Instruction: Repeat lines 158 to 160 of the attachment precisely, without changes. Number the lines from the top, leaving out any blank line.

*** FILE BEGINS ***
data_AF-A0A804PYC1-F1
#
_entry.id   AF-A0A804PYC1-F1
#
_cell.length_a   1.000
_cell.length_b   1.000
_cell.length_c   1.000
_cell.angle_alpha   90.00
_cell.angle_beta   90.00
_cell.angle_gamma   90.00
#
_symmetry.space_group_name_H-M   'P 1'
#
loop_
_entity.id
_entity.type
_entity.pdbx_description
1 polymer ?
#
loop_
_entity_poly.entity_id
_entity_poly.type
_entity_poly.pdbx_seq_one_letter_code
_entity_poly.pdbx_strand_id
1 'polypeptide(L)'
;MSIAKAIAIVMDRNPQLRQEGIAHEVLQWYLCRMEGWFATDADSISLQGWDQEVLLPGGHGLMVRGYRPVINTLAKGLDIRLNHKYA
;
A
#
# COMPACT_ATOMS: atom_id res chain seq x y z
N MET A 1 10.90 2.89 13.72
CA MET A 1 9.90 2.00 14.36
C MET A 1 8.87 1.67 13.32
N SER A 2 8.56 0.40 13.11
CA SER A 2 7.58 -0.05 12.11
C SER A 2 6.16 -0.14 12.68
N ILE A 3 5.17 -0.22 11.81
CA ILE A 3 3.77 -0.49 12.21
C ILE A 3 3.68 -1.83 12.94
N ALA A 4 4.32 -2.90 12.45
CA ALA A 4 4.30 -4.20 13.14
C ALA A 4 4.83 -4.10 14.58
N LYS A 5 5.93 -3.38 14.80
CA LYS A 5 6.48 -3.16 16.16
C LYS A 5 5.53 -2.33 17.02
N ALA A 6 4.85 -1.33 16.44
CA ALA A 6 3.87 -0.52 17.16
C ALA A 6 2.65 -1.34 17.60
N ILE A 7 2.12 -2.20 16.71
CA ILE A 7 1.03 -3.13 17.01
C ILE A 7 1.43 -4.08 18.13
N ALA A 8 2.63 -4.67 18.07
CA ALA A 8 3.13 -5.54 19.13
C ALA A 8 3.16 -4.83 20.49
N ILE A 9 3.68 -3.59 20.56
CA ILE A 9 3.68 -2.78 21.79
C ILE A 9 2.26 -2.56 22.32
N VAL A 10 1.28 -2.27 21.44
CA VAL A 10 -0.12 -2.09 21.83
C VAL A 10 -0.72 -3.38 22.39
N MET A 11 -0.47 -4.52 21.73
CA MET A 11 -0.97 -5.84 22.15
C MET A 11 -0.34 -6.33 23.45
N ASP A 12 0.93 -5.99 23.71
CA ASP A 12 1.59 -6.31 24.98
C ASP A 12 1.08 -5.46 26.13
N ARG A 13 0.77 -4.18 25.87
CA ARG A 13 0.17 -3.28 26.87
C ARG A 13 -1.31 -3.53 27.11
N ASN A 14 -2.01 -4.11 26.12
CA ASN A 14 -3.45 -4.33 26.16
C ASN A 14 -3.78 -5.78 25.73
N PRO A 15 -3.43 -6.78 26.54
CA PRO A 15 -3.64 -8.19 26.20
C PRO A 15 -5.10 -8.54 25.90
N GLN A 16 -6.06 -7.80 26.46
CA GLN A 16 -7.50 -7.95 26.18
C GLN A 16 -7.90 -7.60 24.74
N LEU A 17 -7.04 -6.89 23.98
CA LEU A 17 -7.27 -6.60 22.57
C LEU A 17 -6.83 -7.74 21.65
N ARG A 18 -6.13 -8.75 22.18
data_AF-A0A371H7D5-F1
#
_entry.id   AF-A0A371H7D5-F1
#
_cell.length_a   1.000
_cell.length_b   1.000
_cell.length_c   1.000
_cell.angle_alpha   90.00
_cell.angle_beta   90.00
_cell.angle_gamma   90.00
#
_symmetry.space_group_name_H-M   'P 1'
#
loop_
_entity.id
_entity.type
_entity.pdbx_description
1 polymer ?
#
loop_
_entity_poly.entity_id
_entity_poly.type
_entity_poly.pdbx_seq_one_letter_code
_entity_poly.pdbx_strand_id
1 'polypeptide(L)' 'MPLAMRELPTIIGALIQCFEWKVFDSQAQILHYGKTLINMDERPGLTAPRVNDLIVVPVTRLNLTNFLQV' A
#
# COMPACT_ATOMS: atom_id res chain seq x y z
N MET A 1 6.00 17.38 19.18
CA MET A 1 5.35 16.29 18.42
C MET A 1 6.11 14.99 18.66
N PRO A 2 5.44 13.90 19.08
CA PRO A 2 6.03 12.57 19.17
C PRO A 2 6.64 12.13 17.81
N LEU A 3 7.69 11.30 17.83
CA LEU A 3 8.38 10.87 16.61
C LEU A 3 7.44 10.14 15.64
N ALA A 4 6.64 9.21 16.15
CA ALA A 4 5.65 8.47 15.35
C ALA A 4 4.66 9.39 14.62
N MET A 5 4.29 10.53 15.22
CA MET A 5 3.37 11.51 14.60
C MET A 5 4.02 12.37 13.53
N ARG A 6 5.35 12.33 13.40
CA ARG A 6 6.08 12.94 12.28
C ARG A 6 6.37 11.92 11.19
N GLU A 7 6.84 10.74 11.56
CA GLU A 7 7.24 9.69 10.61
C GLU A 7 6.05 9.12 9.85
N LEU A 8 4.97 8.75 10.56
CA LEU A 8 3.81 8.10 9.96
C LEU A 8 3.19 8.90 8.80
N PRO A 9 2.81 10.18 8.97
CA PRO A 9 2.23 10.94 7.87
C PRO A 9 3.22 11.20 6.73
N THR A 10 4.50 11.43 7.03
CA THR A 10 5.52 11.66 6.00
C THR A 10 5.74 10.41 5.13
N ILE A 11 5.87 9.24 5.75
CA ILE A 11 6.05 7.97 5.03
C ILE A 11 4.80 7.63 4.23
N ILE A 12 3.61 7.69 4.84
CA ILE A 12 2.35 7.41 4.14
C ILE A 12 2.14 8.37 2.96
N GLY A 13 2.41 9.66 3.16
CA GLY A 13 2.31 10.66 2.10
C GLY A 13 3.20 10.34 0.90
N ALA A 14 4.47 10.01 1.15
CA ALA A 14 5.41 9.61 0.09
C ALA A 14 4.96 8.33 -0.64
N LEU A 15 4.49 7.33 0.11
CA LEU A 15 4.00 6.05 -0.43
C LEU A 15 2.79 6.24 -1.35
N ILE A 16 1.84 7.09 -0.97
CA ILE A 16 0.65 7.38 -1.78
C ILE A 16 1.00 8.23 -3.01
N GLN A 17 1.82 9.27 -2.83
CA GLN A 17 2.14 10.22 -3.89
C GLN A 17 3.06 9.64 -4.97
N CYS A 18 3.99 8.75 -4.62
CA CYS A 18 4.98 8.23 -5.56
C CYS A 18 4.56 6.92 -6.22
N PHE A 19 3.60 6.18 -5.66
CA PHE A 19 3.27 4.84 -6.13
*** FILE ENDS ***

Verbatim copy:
N GLN A 17 1.82 9.27 -2.83
CA GLN A 17 2.14 10.22 -3.89
C GLN A 17 3.06 9.64 -4.97